CSE: What unusual or infrequently specified products or systems did you use to meet challenging heating or cooling needs?
Judge: On a large laboratory building, the vivarium required not only stringent temperature control, but also humidity. To prevent animal spaces from becoming too dry during the winter months, humidifiers were required. Instead of the traditional atmospheric steam humidifiers, we used adiabatic humidifiers. These units use pumps to pressurize water, which is expelled through nozzles as a mist into the airstream. The system eliminates the need for steam generation, which results in significant heating energy reduction.
Siery: Desiccant dehumidifiers can be challenging to get right. In order to precisely control moisture in low-humidity environments, these systems rely on detailed room moisture load calculations which few engineers have extensive experience with. Factors such as the moisture permeance of walls and ceiling materials along with challenges in estimating infiltration make them particularly interesting to work with. Room humidity less than 40% relative humidity at typical laboratory temperatures (approximately 72°F) quickly become complicated to achieve and involve combined effort from the architect and engineer working together. HVAC engineers don’t typically get to consider how interior partitions are detailed, but when precise humidity control is needed, it is critical that the whole picture is considered.
CSE: How have you worked with HVAC system or equipment design to increase a building’s energy efficiency?
Cramm: Energy recovery in lab buildings is a given, especially buildings with a lot of fume hoods. Since ASHRAE 62.1: Standards for Ventilation and Indoor Air Quality strongly discourages the use of energy recovery strategies that allow cross contamination, the options are limited. We typically use a run-around loop, which is only about 50% efficient. One of the most important strategies to decrease the energy consumption in a lab building is to install only the number of fume hoods that are necessary and to keep air change rates to a minimum. In the past, lab designers routinely designed lab air supply for 10 to 12 air changes per hour. We now know that lower air change rates, with efficient air distribution strategy, provide as good or better containment at a much lower energy consumption.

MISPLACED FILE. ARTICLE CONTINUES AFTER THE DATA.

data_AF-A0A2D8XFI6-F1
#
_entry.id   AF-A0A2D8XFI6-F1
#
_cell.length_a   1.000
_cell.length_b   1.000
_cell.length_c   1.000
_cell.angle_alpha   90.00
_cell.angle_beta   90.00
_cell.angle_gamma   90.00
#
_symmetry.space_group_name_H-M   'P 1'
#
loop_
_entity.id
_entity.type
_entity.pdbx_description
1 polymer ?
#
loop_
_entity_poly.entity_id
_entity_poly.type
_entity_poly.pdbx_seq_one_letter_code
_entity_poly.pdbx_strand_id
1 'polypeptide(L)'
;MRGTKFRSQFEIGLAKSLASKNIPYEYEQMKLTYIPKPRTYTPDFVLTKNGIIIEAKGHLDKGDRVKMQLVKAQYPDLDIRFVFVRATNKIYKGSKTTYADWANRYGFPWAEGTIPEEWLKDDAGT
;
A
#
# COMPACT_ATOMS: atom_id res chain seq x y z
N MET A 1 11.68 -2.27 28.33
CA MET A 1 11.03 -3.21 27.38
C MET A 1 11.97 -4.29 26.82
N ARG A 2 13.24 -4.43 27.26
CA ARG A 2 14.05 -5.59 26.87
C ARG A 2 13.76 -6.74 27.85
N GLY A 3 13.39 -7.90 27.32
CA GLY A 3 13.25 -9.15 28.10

Judge: We try to maximize the effectiveness of energy recovery systems by selecting and specifying highly efficient systems. On the University of South Florida project, the chilled water from the district plant was guaranteed to be supplied at 37°F to 39°F — much lower than typical plants. We economized on this by designing our AHUs with lower leaving air temperatures than typical, resulting in lower airflows required to meet cooling loads.
Siery: High-efficiency equipment and energy recovery have become commonplace in research environments. As the systems engineer, we can specify those things and achieve the best possible efficiency for generating heating or cooling energy. But to step further requires we challenge conventions for designing the system distribution and consider how to reduce the required energy consumption.